[WEB SECURITY] New two-stage login procedure
jcl24 at cornell.edu
Wed Dec 13 14:11:39 EST 2006
The PIN plus alternate channel process (e.g. cell phone text message) needs
to require a valid PIN _before_ generating the text message with the second
PIN for authentication. Otherwise, text spamming is possible. While this can
be limited to one spam per user, that could still add up to a lot of spam.
On 12/13/06, Wade Millican <WMillican at hutchison.com.au> wrote:
> I agree with what Mark's said below.
> I think complexity is being added from a user point of view, for little
> gained security. What are these new measures trying to secure against? As
> Mark as said, details are being added that a potential hacker can use to
> hijack an account (he's got account code, last name, dates, times, and
> memorable dates now).
> Shoulder surfing is still at the same level of risk. The PIN protection
> from randomising the order and only use 3/4, would not combat
> spyware/trojan/rootkits. It may slow it down, but only for a max of 3 login
> I'd like to comment on the previous logon date/time. I've seen this used
> a few times before, where it was actually effective. This should NOT be
> presented until AFTER a validated login.
> I'm very happy to see the banks are actively working on their websites and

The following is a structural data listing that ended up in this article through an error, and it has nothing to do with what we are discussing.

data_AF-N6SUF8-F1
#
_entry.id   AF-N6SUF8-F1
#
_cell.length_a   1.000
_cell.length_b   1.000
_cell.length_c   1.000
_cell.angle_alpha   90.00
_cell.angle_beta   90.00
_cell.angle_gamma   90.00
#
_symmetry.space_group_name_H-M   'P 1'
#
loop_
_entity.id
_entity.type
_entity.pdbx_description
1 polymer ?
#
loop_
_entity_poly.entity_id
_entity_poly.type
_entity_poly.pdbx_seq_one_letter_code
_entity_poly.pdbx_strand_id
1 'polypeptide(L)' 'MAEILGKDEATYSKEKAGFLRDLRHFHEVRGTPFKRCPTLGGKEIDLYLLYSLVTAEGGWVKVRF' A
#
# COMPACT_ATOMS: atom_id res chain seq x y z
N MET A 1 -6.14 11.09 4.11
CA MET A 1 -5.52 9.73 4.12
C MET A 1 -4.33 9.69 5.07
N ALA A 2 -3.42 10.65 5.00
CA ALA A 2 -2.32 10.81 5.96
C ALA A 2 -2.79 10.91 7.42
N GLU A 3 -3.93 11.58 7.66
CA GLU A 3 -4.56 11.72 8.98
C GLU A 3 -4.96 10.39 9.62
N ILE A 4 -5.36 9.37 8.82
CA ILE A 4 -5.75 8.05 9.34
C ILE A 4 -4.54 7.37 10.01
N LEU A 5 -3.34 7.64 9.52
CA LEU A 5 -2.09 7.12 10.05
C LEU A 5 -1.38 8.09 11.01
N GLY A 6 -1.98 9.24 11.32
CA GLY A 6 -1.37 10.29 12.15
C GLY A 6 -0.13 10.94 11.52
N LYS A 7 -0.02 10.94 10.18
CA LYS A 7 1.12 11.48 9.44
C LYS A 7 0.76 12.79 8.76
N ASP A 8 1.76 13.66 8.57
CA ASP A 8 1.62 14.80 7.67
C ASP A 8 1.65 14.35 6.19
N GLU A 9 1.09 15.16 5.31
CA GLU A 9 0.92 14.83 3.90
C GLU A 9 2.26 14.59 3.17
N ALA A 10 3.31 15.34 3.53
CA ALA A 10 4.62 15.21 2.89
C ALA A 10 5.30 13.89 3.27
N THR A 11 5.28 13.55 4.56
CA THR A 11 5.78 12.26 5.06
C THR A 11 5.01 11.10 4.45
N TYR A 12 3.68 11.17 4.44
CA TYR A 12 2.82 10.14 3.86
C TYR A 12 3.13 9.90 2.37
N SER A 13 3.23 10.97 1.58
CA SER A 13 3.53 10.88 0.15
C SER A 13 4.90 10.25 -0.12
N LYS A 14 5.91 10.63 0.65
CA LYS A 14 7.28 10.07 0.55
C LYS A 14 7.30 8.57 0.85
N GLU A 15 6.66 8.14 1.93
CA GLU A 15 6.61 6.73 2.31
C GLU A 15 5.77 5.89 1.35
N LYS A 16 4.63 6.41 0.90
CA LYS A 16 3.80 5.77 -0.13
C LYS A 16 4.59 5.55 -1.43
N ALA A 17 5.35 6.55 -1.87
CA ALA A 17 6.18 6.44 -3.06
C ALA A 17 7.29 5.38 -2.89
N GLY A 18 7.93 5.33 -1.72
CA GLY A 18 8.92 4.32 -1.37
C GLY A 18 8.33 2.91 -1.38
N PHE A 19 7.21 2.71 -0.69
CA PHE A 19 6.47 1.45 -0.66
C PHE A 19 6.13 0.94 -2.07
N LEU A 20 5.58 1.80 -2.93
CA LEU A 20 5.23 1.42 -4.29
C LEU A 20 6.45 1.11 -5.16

> security, but I do not think this is the answer.
> I'd like to see more banks using one time passwords sent to the mobile
> number of the user on their DB(below)
> 1)User hits login
> 2)Types in Acct number
> 3)user hits generate OTP (mobile number is linked to account details)
> 4)User gets SMS with OTP
> 5)User enters PIN + OTP
> 6) User logs in.
> From a user PoV, it's 1 extra step, and adds 2+ layers of security. The
> only issues I can see with this is delayed messages, mobile roaming (a
> backup for of OTP is required). Anyone want to tear apart that? :P
> >>> "Mark Mcdonald" <mmcdonald at staff.iinet.net.au> 13/12/2006 6:28 pm >>>
> Where do we start...
> Inputting the PIN digits and the 'significant date' gives potential
> phishers even more information about the victim they could use to phone the
> bank and go to town with.
> Using randomly placed digits on a keypad prevents only a JS mouse-movement
> replay attack and allows anyone in the room to see what's being entered.
> The last three digits & the date of last login sound like information you
> need when you call up the bank and can't provide your password. Putting
> them on a web page exposes a little too much information I think,
> particularly when you only need a (potentially cached) login number and the
> persons surname, although it may make phishing slightly harder.
> It looks like they're trying to close one door but inadvertently opening
> more. I'd like to see commentary from the experts around here though...
> > -----Original Message-----
> > From: Gervase Markham
> > Subject: [WEB SECURITY] New two-stage login procedure
> > A financial institution with which I have connections has just come up
> > with this:
> > http://www.ingdirect.co.uk/email/capig2/animate.gif
> > Leaving aside the inaccessibility of their chosen method of demoing,
> > what do people think?
> > Gerv
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